Today, not much has changed. In a world in which most developed markets are struggling with too much debt and too little growth, few themes get investors more excited than the prospect of benefitting from the billions of relatively debt-free consumers in emerging markets. Across the globe, emerging market growth continues to create hundreds of millions of new middle-class consumers. By 2025 China, India and Brazil are respectively expected to be the 2nd, 4th, and 9thlargest consumer markets in the world.
Market Realist – Many emerging markets could soon be massive consumer markets.
The GDP (gross domestic product) of emerging markets (EEM) is no longer growing at double-digits like it used to not too long ago. However, it’s still growing at a much better pace than most developed markets (EFA). The graph above shows this trend.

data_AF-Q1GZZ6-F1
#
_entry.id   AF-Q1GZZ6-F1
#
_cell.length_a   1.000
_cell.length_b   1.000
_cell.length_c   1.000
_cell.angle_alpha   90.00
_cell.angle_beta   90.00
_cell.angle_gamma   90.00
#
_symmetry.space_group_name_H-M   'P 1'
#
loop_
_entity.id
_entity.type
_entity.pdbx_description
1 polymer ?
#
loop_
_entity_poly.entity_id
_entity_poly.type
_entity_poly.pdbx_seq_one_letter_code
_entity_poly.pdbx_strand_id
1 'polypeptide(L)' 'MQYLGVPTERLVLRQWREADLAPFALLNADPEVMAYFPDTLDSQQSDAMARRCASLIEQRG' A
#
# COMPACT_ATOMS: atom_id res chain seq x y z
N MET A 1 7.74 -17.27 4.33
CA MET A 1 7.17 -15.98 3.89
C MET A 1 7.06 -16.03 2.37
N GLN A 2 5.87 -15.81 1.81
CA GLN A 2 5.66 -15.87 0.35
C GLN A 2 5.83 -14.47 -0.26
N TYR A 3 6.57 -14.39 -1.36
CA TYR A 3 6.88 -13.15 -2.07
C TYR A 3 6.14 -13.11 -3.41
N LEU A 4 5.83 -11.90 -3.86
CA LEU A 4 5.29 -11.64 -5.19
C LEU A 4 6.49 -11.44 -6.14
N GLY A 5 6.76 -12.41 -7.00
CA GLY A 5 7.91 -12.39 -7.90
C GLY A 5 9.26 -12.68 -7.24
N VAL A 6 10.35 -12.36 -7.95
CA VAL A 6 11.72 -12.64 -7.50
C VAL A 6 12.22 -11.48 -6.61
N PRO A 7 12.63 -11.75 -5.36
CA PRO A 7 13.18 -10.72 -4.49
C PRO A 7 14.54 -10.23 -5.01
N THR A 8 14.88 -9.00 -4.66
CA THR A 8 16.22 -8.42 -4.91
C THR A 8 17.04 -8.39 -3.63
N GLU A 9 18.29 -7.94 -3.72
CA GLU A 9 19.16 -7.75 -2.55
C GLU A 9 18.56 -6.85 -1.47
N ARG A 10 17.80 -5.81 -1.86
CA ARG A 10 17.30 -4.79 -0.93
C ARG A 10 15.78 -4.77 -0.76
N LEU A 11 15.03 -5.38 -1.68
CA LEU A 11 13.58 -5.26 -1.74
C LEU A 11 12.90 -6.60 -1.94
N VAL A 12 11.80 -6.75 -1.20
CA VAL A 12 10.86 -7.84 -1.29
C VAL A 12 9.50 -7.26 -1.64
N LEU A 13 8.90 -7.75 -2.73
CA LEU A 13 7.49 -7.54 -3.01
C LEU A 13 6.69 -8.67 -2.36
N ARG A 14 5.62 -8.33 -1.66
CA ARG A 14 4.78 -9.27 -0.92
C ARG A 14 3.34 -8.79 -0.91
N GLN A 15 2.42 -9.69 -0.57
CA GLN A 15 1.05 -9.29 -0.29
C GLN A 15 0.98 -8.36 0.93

Although China (FXI) has slowed down considerably, it’s still growing more than 7% annually. Also, Chinese government officials seem committed to a growth rate above 7%.
The new government in India is also looking at making several reforms that could boost the Indian economy.
Indonesia (IDX) has seen an average GDP growth of 5.8% in the last ten years, mostly driven by consumption.
Robust growth leads to higher corporate profits and more jobs. This leads to higher disposable income, which propels consumption. This, in turn, supports GDP growth, starting a virtuous cycle.
However, commodity-driven economies like Russia (RSX) and Brazil (EWZ) may have to endure a hard time in the coming months as commodity prices slip. With the US dollar (UUP) strengthening, commodities like oil (USO) could stay low. This is mainly because commodities are priced in US dollars. When the value of the US dollar drops, it will take more dollars to buy commodities.